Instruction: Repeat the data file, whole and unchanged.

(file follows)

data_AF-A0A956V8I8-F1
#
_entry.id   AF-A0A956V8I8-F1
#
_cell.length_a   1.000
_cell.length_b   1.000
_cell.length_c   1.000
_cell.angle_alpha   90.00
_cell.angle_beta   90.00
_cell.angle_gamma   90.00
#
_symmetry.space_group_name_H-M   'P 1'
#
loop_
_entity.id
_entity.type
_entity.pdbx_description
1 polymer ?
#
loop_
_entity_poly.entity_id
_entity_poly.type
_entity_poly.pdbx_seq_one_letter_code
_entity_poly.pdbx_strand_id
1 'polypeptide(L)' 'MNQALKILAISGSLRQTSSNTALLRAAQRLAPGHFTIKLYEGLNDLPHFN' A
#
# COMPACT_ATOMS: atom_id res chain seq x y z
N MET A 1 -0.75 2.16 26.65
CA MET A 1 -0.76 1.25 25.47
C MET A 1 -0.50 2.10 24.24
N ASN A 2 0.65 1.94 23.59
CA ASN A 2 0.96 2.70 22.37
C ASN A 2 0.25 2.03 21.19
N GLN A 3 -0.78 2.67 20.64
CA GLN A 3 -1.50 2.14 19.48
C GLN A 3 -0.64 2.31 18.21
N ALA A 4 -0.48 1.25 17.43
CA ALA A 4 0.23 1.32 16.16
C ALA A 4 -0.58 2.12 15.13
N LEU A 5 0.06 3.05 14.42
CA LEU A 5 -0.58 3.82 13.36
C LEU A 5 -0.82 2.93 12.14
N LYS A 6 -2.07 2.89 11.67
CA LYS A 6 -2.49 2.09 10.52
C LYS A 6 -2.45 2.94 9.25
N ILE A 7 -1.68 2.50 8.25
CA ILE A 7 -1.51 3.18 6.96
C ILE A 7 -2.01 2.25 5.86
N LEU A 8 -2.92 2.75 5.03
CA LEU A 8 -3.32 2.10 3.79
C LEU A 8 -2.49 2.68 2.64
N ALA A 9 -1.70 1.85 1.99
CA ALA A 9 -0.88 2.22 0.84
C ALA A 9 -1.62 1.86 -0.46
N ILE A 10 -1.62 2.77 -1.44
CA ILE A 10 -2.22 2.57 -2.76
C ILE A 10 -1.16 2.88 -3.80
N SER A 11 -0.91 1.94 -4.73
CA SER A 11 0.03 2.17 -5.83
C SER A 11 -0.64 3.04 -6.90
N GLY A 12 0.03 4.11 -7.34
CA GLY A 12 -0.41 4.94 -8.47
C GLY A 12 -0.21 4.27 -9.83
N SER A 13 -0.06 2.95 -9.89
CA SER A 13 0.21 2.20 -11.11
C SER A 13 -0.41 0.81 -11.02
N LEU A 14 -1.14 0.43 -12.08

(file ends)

data_AF-A0A956V8I8-F1
#
_entry.id   AF-A0A956V8I8-F1
#
_cell.length_a   1.000
_cell.length_b   1.000
_cell.length_c   1.000
_cell.angle_alpha   90.00
_cell.angle_beta   90.00
_cell.angle_gamma   90.00
#
_symmetry.space_group_name_H-M   'P 1'
#
loop_
_entity.id
_entity.type
_entity.pdbx_description
1 polymer ?
#
loop_
_entity_poly.entity_id
_entity_poly.type
_entity_poly.pdbx_seq_one_letter_code
_entity_poly.pdbx_strand_id
1 'polypeptide(L)' 'MNQALKILAISGSLRQTSSNTALLRAAQRLAPGHFTIKLYEGLNDLPHFN' A
#
# COMPACT_ATOMS: atom_id res chain seq x y z
N MET A 1 -0.75 2.16 26.65
CA MET A 1 -0.76 1.25 25.47
C MET A 1 -0.50 2.10 24.24
N ASN A 2 0.65 1.94 23.59
CA ASN A 2 0.96 2.70 22.37
C ASN A 2 0.25 2.03 21.19
N GLN A 3 -0.78 2.67 20.64
CA GLN A 3 -1.50 2.14 19.48
C GLN A 3 -0.64 2.31 18.21
N ALA A 4 -0.48 1.25 17.43
CA ALA A 4 0.23 1.32 16.16
C ALA A 4 -0.58 2.12 15.13
N LEU A 5 0.06 3.05 14.42
CA LEU A 5 -0.58 3.82 13.36
C LEU A 5 -0.82 2.93 12.14
N LYS A 6 -2.07 2.89 11.67
CA LYS A 6 -2.49 2.09 10.52
C LYS A 6 -2.45 2.94 9.25
N ILE A 7 -1.68 2.50 8.25
CA ILE A 7 -1.51 3.18 6.96
C ILE A 7 -2.01 2.25 5.86
N LEU A 8 -2.92 2.75 5.03
CA LEU A 8 -3.32 2.10 3.79
C LEU A 8 -2.49 2.68 2.64
N ALA A 9 -1.70 1.85 1.99
CA ALA A 9 -0.88 2.22 0.84
C ALA A 9 -1.62 1.86 -0.46
N ILE A 10 -1.62 2.77 -1.44
CA ILE A 10 -2.22 2.57 -2.76
C ILE A 10 -1.16 2.88 -3.80
N SER A 11 -0.91 1.94 -4.73
CA SER A 11 0.03 2.17 -5.83
C SER A 11 -0.64 3.04 -6.90
N GLY A 12 0.03 4.11 -7.34
CA GLY A 12 -0.41 4.94 -8.47
C GLY A 12 -0.21 4.27 -9.83
N SER A 13 -0.06 2.95 -9.89
CA SER A 13 0.21 2.20 -11.11
C SER A 13 -0.41 0.81 -11.02
N LEU A 14 -1.14 0.43 -12.08